Document:  All > Shakespeare > Tragedies > Coriolanus > Act IV, scene I

Jump to: the first appearance of like_to_a_lonely_dragon,_that_his_fen

	COMINIUS, with the young Nobility of Rome]

CORIOLANUS: Come, leave your tears: a brief farewell: the beast
	With many heads butts me away. Nay, mother,
	Where is your ancient courage? you were used
	To say extremity was the trier of spirits;
	That common chances common men could bear;
	That when the sea was calm all boats alike
	Show'd mastership in floating; fortune's blows,
	When most struck home, being gentle wounded, craves
	A noble cunning: you were used to load me
	With precepts that would make invincible
	The heart that conn'd them.

VIRGILIA: O heavens! O heavens!

CORIOLANUS: Nay! prithee, woman,--

VOLUMNIA: Now the red pestilence strike all trades in Rome,
	And occupations perish!

CORIOLANUS: What, what, what!
	I shall be loved when I am lack'd. Nay, mother.
	Resume that spirit, when you were wont to say,
	If you had been the wife of Hercules,
	Six of his labours you'ld have done, and saved
	Your husband so much sweat. Cominius,
	Droop not; adieu. Farewell, my wife, my mother:
	I'll do well yet. Thou old and true Menenius,
	Thy tears are salter than a younger man's,
	And venomous to thine eyes. My sometime general,
	I have seen thee stem, and thou hast oft beheld
	Heart-hardening spectacles; tell these sad women
	'Tis fond to wail inevitable strokes,
	As 'tis to laugh at 'em. My mother, you wot well
	My hazards still have been your solace: and
	Believe't not lightly--though I go alone,
	Like to a lonely dragon, that his fen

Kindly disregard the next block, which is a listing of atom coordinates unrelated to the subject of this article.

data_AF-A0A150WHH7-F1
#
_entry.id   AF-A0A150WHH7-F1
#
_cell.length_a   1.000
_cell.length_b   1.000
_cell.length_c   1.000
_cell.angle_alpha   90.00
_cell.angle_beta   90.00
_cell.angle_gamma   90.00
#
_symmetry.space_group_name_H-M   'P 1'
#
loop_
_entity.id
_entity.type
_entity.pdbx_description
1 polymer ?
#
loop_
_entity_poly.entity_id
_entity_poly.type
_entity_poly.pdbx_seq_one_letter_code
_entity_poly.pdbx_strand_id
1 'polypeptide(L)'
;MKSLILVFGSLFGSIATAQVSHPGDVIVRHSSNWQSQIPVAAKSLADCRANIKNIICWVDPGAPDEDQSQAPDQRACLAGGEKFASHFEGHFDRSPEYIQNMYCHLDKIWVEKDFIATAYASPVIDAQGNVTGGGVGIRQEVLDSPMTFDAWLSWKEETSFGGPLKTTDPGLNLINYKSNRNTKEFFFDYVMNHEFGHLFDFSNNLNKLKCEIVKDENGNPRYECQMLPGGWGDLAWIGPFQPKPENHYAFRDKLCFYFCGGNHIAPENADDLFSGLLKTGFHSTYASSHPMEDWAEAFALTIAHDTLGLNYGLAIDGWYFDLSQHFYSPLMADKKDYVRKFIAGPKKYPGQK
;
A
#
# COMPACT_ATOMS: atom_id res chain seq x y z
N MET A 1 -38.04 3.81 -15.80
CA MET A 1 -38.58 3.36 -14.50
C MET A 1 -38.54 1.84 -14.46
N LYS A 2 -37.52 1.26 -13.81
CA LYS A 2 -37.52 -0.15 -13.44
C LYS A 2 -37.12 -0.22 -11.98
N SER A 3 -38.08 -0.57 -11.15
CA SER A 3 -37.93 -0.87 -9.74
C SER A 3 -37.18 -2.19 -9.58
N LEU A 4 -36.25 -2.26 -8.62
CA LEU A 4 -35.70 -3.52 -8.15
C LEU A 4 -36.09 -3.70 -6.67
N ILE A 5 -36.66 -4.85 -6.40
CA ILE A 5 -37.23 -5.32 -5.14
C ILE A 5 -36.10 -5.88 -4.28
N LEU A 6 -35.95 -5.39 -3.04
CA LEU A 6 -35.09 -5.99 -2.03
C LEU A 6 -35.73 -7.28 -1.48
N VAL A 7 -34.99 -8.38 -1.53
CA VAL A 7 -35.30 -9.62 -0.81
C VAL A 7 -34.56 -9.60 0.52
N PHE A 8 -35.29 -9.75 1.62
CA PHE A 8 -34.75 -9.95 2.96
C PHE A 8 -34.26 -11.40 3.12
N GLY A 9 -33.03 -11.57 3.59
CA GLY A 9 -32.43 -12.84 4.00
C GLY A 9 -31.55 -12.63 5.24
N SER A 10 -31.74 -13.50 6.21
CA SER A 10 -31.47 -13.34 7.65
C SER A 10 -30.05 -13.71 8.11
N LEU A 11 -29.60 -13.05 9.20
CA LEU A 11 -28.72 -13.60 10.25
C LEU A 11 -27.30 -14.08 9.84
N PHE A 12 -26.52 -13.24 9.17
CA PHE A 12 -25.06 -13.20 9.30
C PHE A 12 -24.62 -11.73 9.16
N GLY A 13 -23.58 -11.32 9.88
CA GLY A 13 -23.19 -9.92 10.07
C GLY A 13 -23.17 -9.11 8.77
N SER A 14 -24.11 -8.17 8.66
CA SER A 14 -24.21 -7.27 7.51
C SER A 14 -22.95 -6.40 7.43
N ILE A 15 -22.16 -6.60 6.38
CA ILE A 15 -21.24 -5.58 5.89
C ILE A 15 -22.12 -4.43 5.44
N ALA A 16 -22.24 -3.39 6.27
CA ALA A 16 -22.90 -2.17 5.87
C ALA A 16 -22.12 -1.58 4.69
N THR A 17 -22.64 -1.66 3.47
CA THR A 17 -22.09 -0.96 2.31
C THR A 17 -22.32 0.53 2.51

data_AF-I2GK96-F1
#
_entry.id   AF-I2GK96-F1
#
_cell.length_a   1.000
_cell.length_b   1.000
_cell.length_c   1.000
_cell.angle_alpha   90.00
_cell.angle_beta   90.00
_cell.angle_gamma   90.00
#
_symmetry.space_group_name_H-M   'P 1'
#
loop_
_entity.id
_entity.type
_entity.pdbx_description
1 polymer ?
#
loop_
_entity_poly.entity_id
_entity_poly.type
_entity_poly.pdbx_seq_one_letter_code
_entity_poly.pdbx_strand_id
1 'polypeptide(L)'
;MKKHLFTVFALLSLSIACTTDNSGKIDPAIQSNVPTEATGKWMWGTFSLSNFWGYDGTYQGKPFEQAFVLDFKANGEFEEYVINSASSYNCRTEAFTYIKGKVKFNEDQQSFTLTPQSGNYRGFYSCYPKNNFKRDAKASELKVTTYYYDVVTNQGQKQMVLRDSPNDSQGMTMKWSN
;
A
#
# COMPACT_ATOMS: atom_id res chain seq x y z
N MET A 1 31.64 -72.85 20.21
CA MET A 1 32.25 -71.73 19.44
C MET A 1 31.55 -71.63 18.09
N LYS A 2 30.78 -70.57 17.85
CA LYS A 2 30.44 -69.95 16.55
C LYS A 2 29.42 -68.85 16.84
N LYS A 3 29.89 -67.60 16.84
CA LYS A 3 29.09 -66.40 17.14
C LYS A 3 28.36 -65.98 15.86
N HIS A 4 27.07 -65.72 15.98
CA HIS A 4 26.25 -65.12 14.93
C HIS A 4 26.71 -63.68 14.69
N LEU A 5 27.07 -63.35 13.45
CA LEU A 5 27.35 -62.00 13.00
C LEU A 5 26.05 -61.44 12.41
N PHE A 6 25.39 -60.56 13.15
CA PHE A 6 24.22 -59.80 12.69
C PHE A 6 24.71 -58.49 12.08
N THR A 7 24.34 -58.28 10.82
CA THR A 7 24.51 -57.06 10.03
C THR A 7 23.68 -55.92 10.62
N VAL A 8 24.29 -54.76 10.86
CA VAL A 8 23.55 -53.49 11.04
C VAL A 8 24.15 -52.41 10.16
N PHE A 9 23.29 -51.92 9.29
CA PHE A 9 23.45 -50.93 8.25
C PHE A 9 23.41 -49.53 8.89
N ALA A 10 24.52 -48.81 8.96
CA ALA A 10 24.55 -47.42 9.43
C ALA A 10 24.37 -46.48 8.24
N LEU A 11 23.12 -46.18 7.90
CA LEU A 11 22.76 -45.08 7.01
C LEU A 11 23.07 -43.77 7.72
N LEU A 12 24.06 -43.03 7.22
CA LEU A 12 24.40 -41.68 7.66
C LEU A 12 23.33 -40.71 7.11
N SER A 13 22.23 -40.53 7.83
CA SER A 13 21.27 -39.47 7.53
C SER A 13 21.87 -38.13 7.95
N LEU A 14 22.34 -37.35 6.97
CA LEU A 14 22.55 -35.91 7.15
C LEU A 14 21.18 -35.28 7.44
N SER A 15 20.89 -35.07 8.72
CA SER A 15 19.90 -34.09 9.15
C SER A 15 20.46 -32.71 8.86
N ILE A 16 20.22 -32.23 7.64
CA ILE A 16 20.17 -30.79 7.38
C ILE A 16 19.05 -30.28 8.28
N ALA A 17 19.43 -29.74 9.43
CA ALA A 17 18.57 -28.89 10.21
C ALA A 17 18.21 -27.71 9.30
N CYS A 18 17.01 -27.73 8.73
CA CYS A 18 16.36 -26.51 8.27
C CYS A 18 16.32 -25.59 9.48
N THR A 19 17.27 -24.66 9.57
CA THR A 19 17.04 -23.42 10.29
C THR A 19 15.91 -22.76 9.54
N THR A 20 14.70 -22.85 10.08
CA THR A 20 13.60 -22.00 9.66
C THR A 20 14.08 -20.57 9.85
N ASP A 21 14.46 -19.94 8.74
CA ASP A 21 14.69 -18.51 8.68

Makes fear'd and talk'd of more than seen--your son
	Will or exceed the common or be caught
	With cautelous baits and practise.

VOLUMNIA: My first son.
	Whither wilt thou go? Take good Cominius
	With thee awhile: determine on some course,
	More than a wild exposture to each chance
	That starts i' the way before thee.

CORIOLANUS: O the gods!

COMINIUS: I'll follow thee a month, devise with thee
	Where thou shalt rest, that thou mayst hear of us
	And we of thee: so if the time thrust forth
	A cause for thy repeal, we shall not send
	O'er the vast world to seek a single man,
	And lose advantage, which doth ever cool
	I' the absence of the needer.

CORIOLANUS: Fare ye well:
	Thou hast years upon thee; and thou art too full
	Of the wars' surfeits, to go rove with one
	That's yet unbruised: bring me but out at gate.
	Come, my sweet wife, my dearest mother, and
	My friends of noble touch, when I am forth,
	Bid me farewell, and smile. I pray you, come.
	While I remain above the ground, you shall
	Hear from me still, and never of me aught
	But what is like me formerly.

MENENIUS: That's worthily
	As any ear can hear. Come, let's not weep.
	If I could shake off but one seven years
	From these old arms and legs, by the good gods,
	I'ld with thee every foot.

CORIOLANUS: Give me thy hand: Come.



Search for this word      in all documents   just this document

Need writing help? Try RhymeZone's rhyming dictionary and thesaurus features

Help  Forum  Feedback  Android  iPhone/iPad  API  Blog  Privacy

Copyright © 2016 Datamuse